Asian cargo faces logjams in Europe after Suez blockage
HAMBURG, Germany — Asian shippers are braced for massive congestion in Europe’s key cargo gateways following the reopening of the Suez Canal, adding to the delays that the coronavirus has already caused for trade between Asia and the West. Hundreds of container ships were left waiting when the Ever Given ran aground and blocked the key trade route for six days. Those bound for Europe are now set to arrive all at once this week, to be followed several days later by vessels that avoided the Suez logjam by sailing around Africa’s Cape of Good Hope.
Approximately 80% of all goods imported by Europe reach the continent by ship, and most of them come in containers from Asia through the Suez. The 400-meter long Ever Given became stuck on March 23 on its way to Rotterdam from Malaysia’s Tanjung Pelapas. The ship was eventually freed by a flotilla of tugboats on March 29, allowing passage to resume.
The disruptions caused by the Ever Given hit the logistics sector at a time when more than half of global vessel traffic is running later than scheduled, owing to knock-on effects of manpower shortages caused by coronavirus lockdowns that began in early 2020. “Logistics had been out of order even before the Ever Given logjam, and the looming container congestions in European ports will greatly complicate the bookings for export containers that head back to Asia,” said Lothar Thoma, managing director air & sea at Gebrueder Weiss, an Austria-based logistics company that has 19 branches in China. “Adding to this dilemma, many millions of Americans will get their £1,400 coronavirus aid checks soon, which will lead to sharply increased demand for Asian consumer goods in the U.S., and, in turn, to increased competing demand for containers on the Asia-North America route,” he added, referring to Washington’s recently passed economic stimulus package.
Thoma also said Asian countries’ decisions to extend quarantine measures until the fourth quarter of this year rules out the possibility of an increase in passenger flights creating greater air cargo capacity. So-called New Silk Road trains, freight that travels by rail from China to Europe, meanwhile, are filled with COVID-19 test kits, masks and other medical gear, he said. Extremely limited air traffic capacity and already-filled New Silk Road trains are unlikely to come to the logistics sector’s rescue — a notion confirmed by Nexxiot, a company that places real-time tracking devices on containers so as to enable its customers to navigate bottlenecks with last-minute adjustments.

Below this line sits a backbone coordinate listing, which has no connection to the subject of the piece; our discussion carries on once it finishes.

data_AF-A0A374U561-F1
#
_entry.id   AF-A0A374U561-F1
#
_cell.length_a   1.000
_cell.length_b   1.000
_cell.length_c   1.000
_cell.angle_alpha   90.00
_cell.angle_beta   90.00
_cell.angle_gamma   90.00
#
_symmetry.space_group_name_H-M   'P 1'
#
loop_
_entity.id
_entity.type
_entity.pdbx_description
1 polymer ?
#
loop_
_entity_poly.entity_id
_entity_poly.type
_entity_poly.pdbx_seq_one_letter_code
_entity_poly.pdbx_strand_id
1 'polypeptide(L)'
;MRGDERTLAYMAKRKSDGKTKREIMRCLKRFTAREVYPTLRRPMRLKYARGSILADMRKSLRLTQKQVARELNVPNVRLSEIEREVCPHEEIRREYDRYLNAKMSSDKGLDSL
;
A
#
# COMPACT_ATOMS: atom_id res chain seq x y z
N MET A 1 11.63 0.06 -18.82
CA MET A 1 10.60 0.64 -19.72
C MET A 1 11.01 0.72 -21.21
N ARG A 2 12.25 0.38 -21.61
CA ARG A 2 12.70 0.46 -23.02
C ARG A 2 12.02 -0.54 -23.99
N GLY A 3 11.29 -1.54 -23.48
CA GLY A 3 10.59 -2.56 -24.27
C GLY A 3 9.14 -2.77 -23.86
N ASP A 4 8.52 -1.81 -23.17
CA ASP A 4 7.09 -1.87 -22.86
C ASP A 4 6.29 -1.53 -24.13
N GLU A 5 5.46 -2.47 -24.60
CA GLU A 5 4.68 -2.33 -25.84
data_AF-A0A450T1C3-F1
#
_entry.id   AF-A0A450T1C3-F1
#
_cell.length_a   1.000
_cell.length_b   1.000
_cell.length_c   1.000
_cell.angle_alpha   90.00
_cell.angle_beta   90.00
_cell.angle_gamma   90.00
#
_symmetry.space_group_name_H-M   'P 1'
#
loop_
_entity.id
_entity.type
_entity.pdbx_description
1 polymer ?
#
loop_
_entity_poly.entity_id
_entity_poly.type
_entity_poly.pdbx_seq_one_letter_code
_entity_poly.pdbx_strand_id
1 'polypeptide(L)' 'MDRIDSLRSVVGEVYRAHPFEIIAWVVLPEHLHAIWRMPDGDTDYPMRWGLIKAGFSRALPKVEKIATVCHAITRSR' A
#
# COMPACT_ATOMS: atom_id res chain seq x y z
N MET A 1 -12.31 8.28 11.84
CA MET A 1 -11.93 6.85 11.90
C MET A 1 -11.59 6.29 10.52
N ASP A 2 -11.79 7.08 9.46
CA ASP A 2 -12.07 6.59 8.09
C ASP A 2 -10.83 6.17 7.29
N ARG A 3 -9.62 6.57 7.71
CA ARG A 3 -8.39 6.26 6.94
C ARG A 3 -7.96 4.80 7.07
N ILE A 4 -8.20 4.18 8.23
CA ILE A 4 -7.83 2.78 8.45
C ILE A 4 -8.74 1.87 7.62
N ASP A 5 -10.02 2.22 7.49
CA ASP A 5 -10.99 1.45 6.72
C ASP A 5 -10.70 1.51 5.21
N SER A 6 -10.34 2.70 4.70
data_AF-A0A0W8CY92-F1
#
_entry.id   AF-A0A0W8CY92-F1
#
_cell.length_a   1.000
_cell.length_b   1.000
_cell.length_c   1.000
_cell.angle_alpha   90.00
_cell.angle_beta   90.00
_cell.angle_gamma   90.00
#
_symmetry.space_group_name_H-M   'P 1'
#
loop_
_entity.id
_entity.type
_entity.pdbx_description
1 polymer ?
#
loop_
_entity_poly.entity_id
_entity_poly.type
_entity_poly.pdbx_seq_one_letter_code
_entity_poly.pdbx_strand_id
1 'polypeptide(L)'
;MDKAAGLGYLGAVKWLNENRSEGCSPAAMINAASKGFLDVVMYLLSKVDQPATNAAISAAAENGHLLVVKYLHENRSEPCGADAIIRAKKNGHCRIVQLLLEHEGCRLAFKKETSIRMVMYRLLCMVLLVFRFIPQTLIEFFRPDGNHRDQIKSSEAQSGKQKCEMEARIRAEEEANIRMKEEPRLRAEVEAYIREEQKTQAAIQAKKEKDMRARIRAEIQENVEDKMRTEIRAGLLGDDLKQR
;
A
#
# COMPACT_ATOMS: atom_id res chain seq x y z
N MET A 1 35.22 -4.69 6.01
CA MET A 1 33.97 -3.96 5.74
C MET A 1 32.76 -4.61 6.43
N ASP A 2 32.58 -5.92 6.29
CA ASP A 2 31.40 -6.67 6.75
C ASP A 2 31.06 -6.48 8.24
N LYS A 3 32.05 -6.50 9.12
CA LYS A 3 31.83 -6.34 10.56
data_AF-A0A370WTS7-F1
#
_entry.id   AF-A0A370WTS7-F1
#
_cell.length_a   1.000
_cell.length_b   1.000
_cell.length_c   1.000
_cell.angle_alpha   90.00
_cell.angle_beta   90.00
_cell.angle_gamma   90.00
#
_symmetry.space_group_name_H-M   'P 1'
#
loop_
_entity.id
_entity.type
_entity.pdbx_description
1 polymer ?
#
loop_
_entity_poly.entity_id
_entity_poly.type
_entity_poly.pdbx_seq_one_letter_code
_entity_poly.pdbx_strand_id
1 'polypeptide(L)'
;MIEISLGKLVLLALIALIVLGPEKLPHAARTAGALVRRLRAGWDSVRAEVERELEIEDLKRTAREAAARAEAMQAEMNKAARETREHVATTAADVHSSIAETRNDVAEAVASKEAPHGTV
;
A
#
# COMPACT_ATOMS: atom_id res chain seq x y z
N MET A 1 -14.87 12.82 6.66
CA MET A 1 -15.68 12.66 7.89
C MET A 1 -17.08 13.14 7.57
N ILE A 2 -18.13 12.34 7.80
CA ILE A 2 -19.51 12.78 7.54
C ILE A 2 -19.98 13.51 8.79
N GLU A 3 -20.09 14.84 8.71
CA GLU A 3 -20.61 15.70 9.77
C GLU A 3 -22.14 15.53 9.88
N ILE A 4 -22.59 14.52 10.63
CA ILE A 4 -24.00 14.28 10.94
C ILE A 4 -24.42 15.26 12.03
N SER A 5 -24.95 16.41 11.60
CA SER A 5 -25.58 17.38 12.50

“We take it that things will not get back to normal before the Chinese New Year holiday in 2022,” Thoma said. That means next February. “In terms of shipping prices, the pre-logjam level of £7,500 per 40-foot-container for the Asia-Europe route may rise to the neighborhood of £10,000 once the U.S.’s COVID-19 cash handout program kicks in,” he added.
The Federation of German Industries warned that the Ever Given mishap will hurt industrial sectors that rely heavily on “just-in-time” production, most notably the auto sector. GermanFashion, the country’s clothing-makers’ association, told Nikkei that the fall-winter collection may leave Asian ports later than planned, which adds to the headaches already hitting retailers, a sector that has been among the main economic losers amid the pandemic. Ports across Europe confirm that preparations for the arrival of the container wave have kicked into high gear.
In Germany’s largest port, Hamburg, container-handler Hamburger Hafen und Logistik is in the process of renting an additional 100,000 sq. meters to store containers. Trucks bringing in containers loaded with goods for export have been instructed to not arrive earlier than 48 hours before the exporting vessel’s arrival. Similarly, PSA, the largest container handler in the Port of Antwerp, in Belgium, has set up a seven-day time frame in which containers bound for the Middle and Far East can be accepted at terminals.
This shows a desire to keep the number of containers at the port low and to avoid creating more bottlenecks. The Port of Piraeus, in Greece, which is majority owned by China COSCO Shipping Corp., has started handling cargo around the clock and will do so for as long as necessary, its operator says. “Therefore, the port congestion in Piraeus will not affect the freight flows and will not create temporary shortages of raw materials, consumer goods and other imported products for industry and trade in the South East Med area,” said Vassilis Korkidis, president of Piraeus Chamber of Commerce and Industry.
Shippers in Asia, meanwhile, are worried that the European logjam will disrupt the flow of containers being returned from Western ports. Li Jianhui, head of strategy and operation at China Merchants Port Holdings, told reporters on Tuesday that he is wary of the “substantial quantity of containers being concentrated in ports in Europe.” Li gave a rough estimate that out of 3.5 containers being shipped from China to Europe and America, “only one will return.”
Additional reporting by Kenji Kawase in Hong Kong
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